Chicago Tribune: New Power Rules May Hike Chicago Electricity Bills, Bring Exelon Payday



July 28, 2015

New Power Rules Prompted by Polar Vortex May Hike Chicago Electricity Bills

By Cynthia Dizikes

Beginning next month, power plants in northern Illinois and other states will be able to make more money from consumers in order to shore up electricity in frigid weather and prevent the scramble to keep the lights on that occurred during the extreme winter of 2013-14.

But critics — including the head of the federal agency that analyzes such moves — argue that the electric grid, while stressed, did not actually fail during the polar vortex and that the approach may be misguided and flawed, potentially ballooning costs by several billion dollars over the next few years without stabilizing the electricity available to consumers in severe weather.

“Despite the potential multibillion dollar burden consumers will be asked to bear, there is no analysis, however rudimentary, indicating whether the benefits are at least roughly commensurate with the costs,” Norman Bay, chairman of the Federal Energy Regulatory Commission, wrote in a cutting opinion last month.

The PJM Interconnection, which manages the grid in 13 states, including the Chicago area, anticipates the change could add a couple of dollars a month to residential electricity bills.

The polar vortex brought one of the worst winters in decades to cities across the U.S., rendering nearly a quarter of power producers in Chicago’s regional electric grid inoperable on a particularly brutal January day that saw temperatures plummet to negative 12 degrees.

Some coal plants that had promised to provide electricity stopped working because their conveyor belts froze, while some natural gas plants could not obtain enough fuel because of increased demand for heating. Grid operators raced to keep electricity flowing to millions of people. Electricity prices in the wholesale market spiked, and grid operators contended they came close to using emergency tactics to keep the system from failing.

That spurred PJM to propose a “no excuses” policy that would financially reward power producers that continue to pump electrons onto the grid during such harsh weather while fining those that fail to come through.

The five-member Federal Energy Regulatory Commission approved the controversial new electric grid rules last month over Bay’s lone dissent, setting the stage in the coming weeks for prices to potentially be set higher.

“PJM raises serious and legitimate concerns,” according to the majority opinion. “Failure to act today … could cause reliability issues years from now, at realized cost levels potentially significantly higher to customers.”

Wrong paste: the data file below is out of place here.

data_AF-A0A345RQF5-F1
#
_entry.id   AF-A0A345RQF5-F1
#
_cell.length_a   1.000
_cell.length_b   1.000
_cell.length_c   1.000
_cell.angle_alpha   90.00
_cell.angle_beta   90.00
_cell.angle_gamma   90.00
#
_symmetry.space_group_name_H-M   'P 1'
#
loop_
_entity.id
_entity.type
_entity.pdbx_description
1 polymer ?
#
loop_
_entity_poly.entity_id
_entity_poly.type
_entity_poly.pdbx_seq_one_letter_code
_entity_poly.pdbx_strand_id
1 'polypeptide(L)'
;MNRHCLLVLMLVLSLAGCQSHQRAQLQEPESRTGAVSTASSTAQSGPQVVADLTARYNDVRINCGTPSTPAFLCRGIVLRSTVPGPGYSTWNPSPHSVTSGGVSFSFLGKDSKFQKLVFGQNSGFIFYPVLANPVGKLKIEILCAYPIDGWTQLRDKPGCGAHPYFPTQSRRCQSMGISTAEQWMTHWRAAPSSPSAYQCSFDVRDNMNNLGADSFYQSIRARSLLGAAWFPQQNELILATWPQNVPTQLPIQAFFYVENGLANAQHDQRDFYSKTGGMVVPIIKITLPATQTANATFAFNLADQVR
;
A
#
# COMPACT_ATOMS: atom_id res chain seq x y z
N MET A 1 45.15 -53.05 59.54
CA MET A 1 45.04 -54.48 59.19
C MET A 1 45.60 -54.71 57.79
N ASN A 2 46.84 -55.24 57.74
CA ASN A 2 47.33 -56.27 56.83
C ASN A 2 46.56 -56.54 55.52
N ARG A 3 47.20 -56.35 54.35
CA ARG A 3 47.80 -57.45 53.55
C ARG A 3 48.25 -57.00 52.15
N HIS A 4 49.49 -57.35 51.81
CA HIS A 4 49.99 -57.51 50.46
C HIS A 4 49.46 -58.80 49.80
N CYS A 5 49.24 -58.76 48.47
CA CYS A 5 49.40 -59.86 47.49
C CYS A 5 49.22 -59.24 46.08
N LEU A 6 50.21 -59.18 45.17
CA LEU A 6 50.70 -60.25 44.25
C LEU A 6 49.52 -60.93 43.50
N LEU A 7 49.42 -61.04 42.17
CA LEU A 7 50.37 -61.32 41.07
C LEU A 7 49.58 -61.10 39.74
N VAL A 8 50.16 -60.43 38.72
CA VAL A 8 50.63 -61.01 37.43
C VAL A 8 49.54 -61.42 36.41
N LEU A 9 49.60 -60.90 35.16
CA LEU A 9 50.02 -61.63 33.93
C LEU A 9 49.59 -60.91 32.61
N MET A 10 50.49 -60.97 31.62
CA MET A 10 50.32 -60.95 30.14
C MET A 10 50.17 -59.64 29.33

PJM’s massive system stretches from Chicago to the Atlantic Ocean and covers about 61 million people and 1,400 electric generators.

PJM has predicted the new rules could cost electricity customers up to $5.4 billion over the next few years after accounting for potential savings that could result from generators performing better in bad weather. The organization has estimated that long-term costs could be up to $700 million a year, at the same time underscoring that the cost of power interruptions can reach tens of billions of dollars and endanger lives.

The changes will be implemented over the next few years with initial costs being made public in August.

The impact to residential customers, according to PJM, should be “relatively modest,” or about $2 to $3 more a month, with the possibility for all of that or more to be offset by lower energy prices in extreme weather years.

Using industry consensus estimates, the cost to an average Commonwealth Edison residential customer could be similar, or about $3.50 more a month in 2018, according to market experts. Some, however, have pointed out that the new rules could allow prices to reach about $12 more a month in 2018 for the average ComEd residential customer without triggering a review.

“PJM’s mission is to ensure reliable service at the lowest possible cost to the end-use customer,” said Stu Bresler, PJM’s senior vice president of market services, in a conference call with reporters this month. “Those old performance requirements simply were not enough to assure the kind of performance we needed.”